As Phish stepped on stage for the last time this summer, it was their last performance before their album Joy would be released on September 8th. Instead of relying on classic show-stoppers for their final set of summer, they artistically wove together Joy’s first and last song, creating a forward-looking musical highlight to cap the tour. With the encore at SPAC including “I’ve Been Around,” the band completed their season-long preview of the forthcoming album (that was leaked all over the web just yesterday.)
Instead of dropping the expected and overdue “Mike’s Groove,” “Reba,” or “2001” as focal points of their final frame, Phish used two of their newest songs to craft the musical talking point of their last show, leaving us looking wide-eyed into the future. After watching “Number Line” grow in improvisational scope throughout the second leg, when Phish dropped into its upbeat opening to open the second set, you had to figure it would be the meatiest version yet. And when we walked away from SPAC that night, the conversations certainly centered around the sublime jam that stemmed from their newest launch pad.
Phish broke the noodly mold of the song’s first-leg versions at Red Rocks, and then grew it further at The Gorge and Toyota Park, gradually becoming more and more creative with the jam- but this version would surpass anything that had come before. In a twenty-minute journey, the band took their music to much darker places than previously visited by the song. Beginning with Trey’s altered leads, Mike and Page hopped aboard, shifting the canvas from happy to eerie. Fishman was the last to leave the song’s rhythms, and when he did, things became a whole-band experiment in psychedelic beauty.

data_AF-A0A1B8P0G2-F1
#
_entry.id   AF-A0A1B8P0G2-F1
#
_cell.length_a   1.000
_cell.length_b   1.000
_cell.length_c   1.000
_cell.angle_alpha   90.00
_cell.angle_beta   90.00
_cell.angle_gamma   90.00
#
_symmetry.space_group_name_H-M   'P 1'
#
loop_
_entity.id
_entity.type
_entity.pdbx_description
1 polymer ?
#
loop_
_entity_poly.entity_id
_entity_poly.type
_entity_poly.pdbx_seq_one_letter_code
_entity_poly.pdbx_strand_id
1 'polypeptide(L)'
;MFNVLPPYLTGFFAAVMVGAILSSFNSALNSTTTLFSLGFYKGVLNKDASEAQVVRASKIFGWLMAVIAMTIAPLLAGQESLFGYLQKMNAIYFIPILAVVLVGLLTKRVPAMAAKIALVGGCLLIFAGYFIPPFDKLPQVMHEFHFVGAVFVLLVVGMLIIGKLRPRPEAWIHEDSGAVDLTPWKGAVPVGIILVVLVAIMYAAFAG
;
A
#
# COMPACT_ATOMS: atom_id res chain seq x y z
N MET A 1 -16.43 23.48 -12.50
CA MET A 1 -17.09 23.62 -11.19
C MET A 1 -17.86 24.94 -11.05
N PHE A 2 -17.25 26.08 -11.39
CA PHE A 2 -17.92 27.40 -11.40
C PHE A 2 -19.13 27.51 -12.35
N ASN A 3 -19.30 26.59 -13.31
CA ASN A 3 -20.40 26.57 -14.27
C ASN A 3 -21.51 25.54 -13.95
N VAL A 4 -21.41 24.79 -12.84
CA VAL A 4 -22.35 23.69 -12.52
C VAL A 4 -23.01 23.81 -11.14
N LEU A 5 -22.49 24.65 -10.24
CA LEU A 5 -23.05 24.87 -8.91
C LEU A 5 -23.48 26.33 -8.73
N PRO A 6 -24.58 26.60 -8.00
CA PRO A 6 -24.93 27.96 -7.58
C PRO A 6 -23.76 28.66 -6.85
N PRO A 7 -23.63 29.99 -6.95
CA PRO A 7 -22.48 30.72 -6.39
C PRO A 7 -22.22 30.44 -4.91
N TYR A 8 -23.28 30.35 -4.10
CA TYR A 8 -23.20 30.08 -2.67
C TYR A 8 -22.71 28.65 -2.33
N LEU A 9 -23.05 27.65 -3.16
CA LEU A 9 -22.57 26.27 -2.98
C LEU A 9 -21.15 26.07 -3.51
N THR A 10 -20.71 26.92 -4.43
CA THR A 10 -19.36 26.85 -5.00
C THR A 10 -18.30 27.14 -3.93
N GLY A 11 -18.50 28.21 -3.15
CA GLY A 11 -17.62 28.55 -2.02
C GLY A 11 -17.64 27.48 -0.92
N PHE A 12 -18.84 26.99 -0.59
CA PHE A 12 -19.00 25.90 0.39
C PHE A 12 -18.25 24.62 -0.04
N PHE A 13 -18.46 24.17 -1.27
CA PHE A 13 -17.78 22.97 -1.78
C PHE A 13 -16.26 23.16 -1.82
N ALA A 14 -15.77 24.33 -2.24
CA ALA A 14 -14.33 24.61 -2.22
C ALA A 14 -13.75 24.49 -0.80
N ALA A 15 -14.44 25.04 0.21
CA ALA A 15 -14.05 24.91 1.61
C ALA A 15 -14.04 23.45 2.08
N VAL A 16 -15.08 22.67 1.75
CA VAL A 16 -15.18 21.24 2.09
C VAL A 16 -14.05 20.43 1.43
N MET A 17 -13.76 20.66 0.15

Building into the ether, this jam was not only the culmination of all the versions that had come before it, but also a symbolic culmination of Phish 3.0 through Summer ’09. Each version had grown in scope- just as the band had- into its current form; a metaphor for all we have to look forward to. Delving deeper into Phish sorcery than any previous rendition, this “Number Line” developed into a full-on exploration of the dark side of the psyche.
Landing in a lush, ambient forest, the band carefully took in the foreign landscape. And out of this extended amorphous ball of sound came hints of something familiar. Was it “Fast Enough?” “Man Who Stepped?”- thought my mind, racing through the past. No- it was the first creative use of “Twenty Years Later,” and the band seamlessly slid into Joy’s retrospective closer. This was the initial time we really got a feel for the song and its musical drama. Put under the spotlight of the summer’s final set and crawling out of the murky musical fog, the slower composition flowed particularly well, hinting at its versatility.
At a time when Phish could have easily ran through some of their popular classics to finish tour with a bang, they used the first half-hour of the set to explore their newest material, signifying what direction this whole thing is moving. And after creating the most engaging passage of the night with Joy’s bookends, they took it back to the old-school with a “Halley’s,” “Harpua,” and a “YEM” included in the rest of the set. But using their last stage as an illustration, Phish made no bones about previewing their promising future while still honoring their past.
Jam of the Day:
The musical centerpiece of the final show of summer.
DOWNLOAD OF THE DAY:
8.16.2009 SPAC, Saratoga Springs, NY < Torrent
8.16.2009 SPAC, Saratoga Springs, NY < Megaupload
II: Backwards Down the Number Line > Twenty Years Later, Halley’s Comet > Rock & Roll, Harpua > I Kissed A Girl* > Hold Your Head Up > Harpua, You Enjoy Myself
E: Grind, I Been Around*, Highway To Hell
*first time played
Source: Schoeps MK41>KC5>CMC6>Sonosax SX-M2>Apogee Mini-me(aes out@24 bit/96khz)>COAX>Edirol R-44 SD-HC Card>USB>Soundforge 8 (tracking, resample/dither to 16bit/44.1khz)>FLAC (Taper – Andy Murray)Tags: 2009, Joy, Summer '09